If you're planning to rent an apartment alone, you may be trying to decide whether you want to live in a studio or a one-bedroom apartment. You may even find that the two terms are used interchangeably because of an added architectural element that could technically carve out a bedroom in the space.
Both types of apartments are very popular for single renters and each one has its advantages. Sometimes, a studio or one-bedroom can be almost the same size, but may vary substantially in your monthly payment. It pays to know the pros and cons of each type of apartment rental before you make a choice.
What Is a Studio?
A studio apartment is a compact all-in-one room apartment, except the bathroom, which is in a separate space. Within the large one room you will have a kitchenette, which is a limited kitchen space without any separating walls.
There are two specialty types of studio apartments that may cost a bit more than a standard studio. An alcove studio will have a nook for a bed that you can curtain off. Another type of studio is called a junior one-bedroom apartment, which is considered an upgraded studio apartment. It is not to be confused with a true one-bedroom apartment. A junior one-bedroom apartment can have a partially-installed or permanent wall placed somewhere to divide the bed from the rest of the space. However, the sleeping area of a junior one-bedroom apartment is not an enclosed space, and it may not have a window, either.
Depending on the geographical location of where you're looking for a rental, a studio apartment can run as small as 300 square feet or as large as over 1,000 square feet. Studios and one-bedrooms in dense urban areas tend to run smaller than those in less crowded suburban areas.
People who rent a studio apartment enjoy paying less rent each month, which translates to significant savings year after year. The simple floor plan of a studio makes it comparatively easy to decorate, and it doesn't require as much furniture to achieve the feeling of being "settled in." Studios are ideal for renters who don't have many belongings that they need to display or keep handy in their apartment.
What Is a One-Bedroom Apartment?
A one-bedroom apartment has a distinct and separate bedroom. A one-bedroom rental may also have an extra closet or two. However, again depending on your geographical location, a one-bedroom apartment may have the same square footage as a studio apartment rental.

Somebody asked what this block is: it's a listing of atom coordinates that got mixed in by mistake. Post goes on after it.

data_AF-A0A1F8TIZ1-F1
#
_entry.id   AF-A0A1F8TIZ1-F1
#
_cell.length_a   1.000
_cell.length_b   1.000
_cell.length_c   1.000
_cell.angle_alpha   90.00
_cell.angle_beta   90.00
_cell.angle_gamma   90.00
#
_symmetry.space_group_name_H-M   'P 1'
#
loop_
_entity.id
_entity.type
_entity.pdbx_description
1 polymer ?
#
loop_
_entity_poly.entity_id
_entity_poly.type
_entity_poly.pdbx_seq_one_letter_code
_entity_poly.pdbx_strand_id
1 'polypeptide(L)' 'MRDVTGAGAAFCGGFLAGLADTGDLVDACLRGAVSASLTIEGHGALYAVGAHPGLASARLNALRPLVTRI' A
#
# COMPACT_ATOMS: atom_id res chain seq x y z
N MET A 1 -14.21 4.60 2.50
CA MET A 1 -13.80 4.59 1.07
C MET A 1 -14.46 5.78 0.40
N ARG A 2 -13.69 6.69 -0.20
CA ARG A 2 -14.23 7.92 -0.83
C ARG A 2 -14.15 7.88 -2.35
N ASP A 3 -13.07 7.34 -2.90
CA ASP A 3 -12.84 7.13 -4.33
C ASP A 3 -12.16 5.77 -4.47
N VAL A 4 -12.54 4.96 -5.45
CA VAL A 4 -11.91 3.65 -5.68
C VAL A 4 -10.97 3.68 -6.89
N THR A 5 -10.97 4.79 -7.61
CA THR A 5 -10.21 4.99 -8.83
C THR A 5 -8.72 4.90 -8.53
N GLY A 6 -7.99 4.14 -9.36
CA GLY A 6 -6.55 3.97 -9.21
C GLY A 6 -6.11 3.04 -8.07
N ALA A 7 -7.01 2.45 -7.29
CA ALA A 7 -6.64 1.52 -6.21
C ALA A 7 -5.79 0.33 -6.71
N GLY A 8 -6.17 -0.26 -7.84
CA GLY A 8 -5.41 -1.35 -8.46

One-bedroom apartments attract renters who desire more space and multiple rooms in their apartment. Having a separate bedroom is good for renters who like to do much entertaining or who have guests spend the night (they can sleep with greater privacy on the sofa in the other room). Also, if you telecommute, you may prefer to spend the workday in a different room than the one in which you sleep each night, for a change of scenery.
When to Choose a Studio Over a One-Bedroom
Some renters who can afford a one-bedroom apartment decide they would prefer, or at least wouldn't mind, living in a studio. There are many benefits to living in a studio. You can potentially save on utility costs because you won't have to heat or light separate areas, if that is a separate cost from the rent. In addition, you can add your own separate bedroom using creative methods, such as partitioning it off with curtains or a tall bookcase. However, you won't pay the extra price as you would a one-bedroom rental.
If this is your situation, consider hunting for a studio but budgeting more for your rental. For example, look for a larger studio in a premier location that offers excellent views of your city or a nearby park or lake, or in a building that offers more amenities.
Deciding between renting a studio apartment or a one-bedroom unit boils down to thinking of a one-bedroom apartment as an upgrade (since it costs more) and deciding whether the upgrade is worth it to you. One-bedroom apartments offer certain benefits in return for the higher rent. For example, a one-bedroom apartment may have more amenities, such as a larger kitchen and washer/dryer hook-ups. But these benefits aren't always valuable to every renter.
No walls, no privacy
More walls, more privacy